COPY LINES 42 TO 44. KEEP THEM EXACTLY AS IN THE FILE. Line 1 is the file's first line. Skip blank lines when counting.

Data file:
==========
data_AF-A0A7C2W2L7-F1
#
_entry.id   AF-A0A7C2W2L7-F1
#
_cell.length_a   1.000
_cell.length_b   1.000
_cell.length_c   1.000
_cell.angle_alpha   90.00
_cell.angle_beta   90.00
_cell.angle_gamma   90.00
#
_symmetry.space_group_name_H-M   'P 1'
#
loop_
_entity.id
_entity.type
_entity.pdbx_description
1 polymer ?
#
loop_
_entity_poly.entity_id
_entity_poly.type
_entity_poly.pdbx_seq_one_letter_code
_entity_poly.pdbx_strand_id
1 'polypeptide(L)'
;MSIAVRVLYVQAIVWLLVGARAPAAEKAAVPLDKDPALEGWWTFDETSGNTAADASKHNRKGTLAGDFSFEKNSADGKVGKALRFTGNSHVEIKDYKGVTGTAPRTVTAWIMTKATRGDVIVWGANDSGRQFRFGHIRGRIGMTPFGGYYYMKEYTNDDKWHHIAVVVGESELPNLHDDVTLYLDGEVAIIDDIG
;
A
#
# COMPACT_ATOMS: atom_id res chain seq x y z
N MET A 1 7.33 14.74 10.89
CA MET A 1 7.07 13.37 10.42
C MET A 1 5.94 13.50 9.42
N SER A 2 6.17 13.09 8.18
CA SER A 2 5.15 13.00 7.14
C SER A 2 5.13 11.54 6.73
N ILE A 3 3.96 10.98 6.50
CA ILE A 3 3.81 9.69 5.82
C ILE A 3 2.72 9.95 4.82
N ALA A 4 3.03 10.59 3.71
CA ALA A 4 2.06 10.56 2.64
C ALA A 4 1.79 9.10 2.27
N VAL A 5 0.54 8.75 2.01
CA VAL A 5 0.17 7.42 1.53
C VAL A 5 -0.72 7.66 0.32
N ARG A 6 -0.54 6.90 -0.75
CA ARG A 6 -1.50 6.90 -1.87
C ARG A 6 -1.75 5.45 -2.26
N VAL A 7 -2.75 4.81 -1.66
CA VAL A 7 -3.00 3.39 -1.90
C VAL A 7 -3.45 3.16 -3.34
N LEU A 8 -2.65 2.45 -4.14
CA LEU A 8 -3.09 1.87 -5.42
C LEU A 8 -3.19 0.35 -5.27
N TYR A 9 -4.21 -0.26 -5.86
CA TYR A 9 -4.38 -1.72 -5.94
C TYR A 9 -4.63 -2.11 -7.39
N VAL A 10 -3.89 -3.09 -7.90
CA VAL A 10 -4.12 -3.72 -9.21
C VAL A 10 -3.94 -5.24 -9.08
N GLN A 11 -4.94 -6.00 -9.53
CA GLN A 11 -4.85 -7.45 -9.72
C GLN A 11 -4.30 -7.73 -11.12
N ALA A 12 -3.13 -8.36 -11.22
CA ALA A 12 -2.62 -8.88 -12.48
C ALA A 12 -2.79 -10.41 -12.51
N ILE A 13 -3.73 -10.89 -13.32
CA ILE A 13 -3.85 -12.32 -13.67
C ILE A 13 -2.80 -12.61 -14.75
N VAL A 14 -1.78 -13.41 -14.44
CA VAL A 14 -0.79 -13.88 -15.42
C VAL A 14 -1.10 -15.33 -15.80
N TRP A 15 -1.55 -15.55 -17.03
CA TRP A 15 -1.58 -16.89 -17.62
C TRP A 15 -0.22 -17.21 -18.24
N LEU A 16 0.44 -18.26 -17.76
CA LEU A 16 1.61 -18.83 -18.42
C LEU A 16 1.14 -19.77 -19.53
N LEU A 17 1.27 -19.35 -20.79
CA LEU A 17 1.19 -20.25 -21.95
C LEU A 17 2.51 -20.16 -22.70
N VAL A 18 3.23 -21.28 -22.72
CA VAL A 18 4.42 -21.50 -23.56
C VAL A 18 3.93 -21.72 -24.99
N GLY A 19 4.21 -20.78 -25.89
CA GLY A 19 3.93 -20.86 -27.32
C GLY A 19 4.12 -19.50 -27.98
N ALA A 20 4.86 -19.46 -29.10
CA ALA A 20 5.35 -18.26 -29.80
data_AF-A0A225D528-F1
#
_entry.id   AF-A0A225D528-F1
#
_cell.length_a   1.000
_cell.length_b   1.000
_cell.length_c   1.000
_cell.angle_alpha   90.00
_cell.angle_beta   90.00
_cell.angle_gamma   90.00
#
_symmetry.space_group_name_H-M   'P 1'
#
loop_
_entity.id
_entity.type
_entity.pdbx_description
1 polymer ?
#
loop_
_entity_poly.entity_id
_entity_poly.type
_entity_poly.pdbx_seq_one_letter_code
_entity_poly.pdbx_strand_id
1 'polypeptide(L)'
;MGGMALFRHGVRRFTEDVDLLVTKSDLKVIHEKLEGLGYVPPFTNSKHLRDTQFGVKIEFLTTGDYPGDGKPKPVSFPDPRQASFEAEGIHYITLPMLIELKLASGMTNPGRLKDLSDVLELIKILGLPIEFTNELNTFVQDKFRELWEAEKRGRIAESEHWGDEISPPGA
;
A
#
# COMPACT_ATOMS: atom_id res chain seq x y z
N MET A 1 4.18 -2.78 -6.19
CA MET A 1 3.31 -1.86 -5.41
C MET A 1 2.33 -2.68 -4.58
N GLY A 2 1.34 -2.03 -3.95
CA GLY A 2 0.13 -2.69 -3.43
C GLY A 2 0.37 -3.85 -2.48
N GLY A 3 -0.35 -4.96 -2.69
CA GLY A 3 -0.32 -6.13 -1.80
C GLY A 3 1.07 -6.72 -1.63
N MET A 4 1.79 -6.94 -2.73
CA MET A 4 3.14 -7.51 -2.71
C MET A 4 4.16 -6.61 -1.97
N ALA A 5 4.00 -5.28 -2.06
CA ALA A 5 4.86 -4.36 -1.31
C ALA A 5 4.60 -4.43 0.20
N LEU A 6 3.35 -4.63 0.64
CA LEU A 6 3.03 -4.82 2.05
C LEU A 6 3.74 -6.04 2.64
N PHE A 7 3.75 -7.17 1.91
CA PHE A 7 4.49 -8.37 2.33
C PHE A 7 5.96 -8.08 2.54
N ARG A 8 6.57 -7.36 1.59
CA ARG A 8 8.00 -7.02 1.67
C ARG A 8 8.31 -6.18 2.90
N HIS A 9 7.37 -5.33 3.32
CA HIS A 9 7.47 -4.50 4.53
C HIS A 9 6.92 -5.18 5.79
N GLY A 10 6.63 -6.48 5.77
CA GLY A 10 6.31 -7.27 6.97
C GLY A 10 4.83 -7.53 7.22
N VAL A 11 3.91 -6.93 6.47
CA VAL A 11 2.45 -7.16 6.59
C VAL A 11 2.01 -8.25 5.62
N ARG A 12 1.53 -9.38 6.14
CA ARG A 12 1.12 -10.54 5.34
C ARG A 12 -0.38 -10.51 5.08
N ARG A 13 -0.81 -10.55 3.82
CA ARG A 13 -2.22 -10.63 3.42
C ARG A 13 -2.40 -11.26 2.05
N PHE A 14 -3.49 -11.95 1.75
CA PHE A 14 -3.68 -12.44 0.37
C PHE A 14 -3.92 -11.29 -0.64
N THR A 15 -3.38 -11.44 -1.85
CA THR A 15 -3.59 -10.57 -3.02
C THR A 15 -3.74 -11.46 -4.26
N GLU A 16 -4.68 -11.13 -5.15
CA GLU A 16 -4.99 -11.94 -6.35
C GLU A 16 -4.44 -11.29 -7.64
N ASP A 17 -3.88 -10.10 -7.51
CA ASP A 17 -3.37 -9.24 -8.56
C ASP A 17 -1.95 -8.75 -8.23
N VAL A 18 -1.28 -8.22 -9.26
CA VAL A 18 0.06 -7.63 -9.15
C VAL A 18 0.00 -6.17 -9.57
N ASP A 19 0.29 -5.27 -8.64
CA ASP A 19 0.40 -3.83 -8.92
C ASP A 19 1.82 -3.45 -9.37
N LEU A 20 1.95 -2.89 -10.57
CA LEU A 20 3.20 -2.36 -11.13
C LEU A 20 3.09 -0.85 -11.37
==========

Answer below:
C ALA A 4 1.79 9.10 2.27
N VAL A 5 0.54 8.75 2.01
CA VAL A 5 0.17 7.42 1.53